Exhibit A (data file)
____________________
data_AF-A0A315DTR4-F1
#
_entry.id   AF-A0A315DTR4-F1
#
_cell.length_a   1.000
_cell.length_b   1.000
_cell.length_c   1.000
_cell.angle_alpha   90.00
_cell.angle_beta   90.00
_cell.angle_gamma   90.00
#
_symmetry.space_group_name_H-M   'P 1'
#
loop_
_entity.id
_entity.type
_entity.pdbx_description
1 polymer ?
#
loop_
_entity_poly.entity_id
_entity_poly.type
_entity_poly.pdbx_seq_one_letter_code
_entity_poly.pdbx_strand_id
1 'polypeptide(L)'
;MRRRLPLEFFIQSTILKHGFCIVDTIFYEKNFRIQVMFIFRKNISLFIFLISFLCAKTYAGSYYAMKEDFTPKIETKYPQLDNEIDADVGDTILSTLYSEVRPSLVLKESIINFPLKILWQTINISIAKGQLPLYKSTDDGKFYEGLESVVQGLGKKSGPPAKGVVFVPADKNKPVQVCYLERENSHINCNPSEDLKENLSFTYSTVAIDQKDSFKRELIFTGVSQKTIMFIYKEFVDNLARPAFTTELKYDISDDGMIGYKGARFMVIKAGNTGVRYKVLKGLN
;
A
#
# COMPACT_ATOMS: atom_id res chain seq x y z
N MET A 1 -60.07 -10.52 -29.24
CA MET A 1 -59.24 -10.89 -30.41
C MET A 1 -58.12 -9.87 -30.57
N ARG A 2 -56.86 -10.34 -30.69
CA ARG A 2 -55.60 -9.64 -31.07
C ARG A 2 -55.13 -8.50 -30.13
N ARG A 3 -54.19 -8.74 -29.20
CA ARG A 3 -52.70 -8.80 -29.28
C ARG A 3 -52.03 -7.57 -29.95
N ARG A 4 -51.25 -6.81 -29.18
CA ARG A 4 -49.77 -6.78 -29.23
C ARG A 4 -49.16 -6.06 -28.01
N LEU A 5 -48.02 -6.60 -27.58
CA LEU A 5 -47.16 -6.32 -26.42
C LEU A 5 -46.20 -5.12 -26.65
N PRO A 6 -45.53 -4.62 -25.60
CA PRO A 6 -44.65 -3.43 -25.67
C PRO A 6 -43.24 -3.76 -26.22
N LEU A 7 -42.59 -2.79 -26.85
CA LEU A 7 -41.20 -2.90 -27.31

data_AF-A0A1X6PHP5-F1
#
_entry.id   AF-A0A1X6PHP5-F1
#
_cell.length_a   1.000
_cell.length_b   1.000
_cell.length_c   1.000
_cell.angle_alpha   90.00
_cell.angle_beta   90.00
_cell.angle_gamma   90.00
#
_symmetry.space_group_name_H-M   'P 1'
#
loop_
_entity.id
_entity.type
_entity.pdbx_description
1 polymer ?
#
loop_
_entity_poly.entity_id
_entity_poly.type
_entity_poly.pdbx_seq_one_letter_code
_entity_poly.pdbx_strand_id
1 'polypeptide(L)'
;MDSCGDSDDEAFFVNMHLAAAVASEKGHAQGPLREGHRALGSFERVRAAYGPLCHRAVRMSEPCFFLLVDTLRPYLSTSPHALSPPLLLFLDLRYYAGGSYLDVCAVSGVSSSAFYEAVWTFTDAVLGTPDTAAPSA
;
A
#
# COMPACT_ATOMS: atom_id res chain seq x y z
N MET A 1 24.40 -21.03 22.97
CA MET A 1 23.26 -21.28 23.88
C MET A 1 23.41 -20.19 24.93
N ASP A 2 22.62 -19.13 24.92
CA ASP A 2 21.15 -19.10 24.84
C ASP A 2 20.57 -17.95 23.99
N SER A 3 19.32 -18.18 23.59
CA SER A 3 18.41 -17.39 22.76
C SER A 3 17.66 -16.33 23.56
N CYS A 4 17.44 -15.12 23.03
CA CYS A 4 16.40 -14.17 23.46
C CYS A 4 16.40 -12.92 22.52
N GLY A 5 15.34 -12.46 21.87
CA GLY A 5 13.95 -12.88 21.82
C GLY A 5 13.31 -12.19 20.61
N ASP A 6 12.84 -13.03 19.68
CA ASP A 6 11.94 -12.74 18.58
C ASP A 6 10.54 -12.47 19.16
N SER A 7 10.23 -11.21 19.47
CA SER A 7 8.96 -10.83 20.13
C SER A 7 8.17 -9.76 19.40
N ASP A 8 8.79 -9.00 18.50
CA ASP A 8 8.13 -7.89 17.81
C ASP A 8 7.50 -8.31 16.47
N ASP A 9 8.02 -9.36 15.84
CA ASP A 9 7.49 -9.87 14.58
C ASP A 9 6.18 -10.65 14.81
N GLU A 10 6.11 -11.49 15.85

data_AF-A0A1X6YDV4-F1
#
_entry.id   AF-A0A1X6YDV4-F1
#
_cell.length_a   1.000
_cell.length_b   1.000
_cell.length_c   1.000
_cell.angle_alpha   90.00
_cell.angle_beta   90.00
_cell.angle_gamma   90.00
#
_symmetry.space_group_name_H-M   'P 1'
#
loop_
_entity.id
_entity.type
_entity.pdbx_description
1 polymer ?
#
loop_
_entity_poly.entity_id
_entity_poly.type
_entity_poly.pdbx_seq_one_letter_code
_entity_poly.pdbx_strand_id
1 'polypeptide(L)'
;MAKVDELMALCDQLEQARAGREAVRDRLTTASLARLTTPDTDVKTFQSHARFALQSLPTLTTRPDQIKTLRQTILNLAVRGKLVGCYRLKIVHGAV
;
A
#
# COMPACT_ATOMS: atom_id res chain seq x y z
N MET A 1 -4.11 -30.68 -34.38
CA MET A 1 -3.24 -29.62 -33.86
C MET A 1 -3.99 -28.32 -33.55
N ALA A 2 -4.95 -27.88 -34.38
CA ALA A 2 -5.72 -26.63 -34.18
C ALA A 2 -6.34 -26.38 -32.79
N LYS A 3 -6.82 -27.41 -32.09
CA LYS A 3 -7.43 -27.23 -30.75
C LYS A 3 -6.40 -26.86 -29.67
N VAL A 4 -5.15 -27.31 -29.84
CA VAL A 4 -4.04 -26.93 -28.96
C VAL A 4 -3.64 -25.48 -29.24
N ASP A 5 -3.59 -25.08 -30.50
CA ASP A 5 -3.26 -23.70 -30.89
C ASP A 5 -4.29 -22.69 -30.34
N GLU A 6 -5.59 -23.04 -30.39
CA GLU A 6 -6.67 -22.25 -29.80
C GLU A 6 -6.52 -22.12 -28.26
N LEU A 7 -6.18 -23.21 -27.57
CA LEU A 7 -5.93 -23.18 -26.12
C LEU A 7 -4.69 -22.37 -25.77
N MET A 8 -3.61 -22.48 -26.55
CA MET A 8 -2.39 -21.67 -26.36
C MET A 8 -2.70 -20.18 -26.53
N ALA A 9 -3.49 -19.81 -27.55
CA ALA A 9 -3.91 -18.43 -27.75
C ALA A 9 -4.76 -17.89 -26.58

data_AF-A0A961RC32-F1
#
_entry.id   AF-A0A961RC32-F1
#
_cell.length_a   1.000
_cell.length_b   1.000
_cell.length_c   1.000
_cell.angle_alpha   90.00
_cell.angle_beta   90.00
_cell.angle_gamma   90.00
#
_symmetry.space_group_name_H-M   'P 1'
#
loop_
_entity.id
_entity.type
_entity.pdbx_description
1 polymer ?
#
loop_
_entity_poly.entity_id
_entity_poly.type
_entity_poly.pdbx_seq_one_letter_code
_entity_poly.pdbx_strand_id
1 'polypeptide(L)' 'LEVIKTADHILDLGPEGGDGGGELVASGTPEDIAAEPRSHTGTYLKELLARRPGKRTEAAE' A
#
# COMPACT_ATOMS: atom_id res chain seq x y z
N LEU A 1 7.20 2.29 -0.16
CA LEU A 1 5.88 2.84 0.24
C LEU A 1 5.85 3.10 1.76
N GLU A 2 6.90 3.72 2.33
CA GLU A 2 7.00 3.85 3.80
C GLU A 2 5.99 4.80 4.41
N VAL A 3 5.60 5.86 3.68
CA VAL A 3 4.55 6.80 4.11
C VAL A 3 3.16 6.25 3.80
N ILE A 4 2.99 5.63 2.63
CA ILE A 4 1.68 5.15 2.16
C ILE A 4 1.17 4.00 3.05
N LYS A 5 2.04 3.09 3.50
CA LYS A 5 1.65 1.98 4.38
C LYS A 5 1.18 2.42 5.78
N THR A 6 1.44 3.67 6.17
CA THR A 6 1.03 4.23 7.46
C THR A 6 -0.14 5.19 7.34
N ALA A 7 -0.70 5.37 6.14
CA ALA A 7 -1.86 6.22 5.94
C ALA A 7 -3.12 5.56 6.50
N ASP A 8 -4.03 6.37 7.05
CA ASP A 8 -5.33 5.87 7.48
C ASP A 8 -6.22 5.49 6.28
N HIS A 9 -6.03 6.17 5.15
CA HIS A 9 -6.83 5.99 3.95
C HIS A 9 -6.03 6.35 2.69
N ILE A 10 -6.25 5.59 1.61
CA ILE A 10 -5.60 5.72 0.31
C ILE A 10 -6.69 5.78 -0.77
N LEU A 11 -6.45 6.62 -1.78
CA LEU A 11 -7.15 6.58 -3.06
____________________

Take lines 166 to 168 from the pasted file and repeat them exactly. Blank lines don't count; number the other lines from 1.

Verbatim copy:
data_AF-A0A961RC32-F1
#
_entry.id   AF-A0A961RC32-F1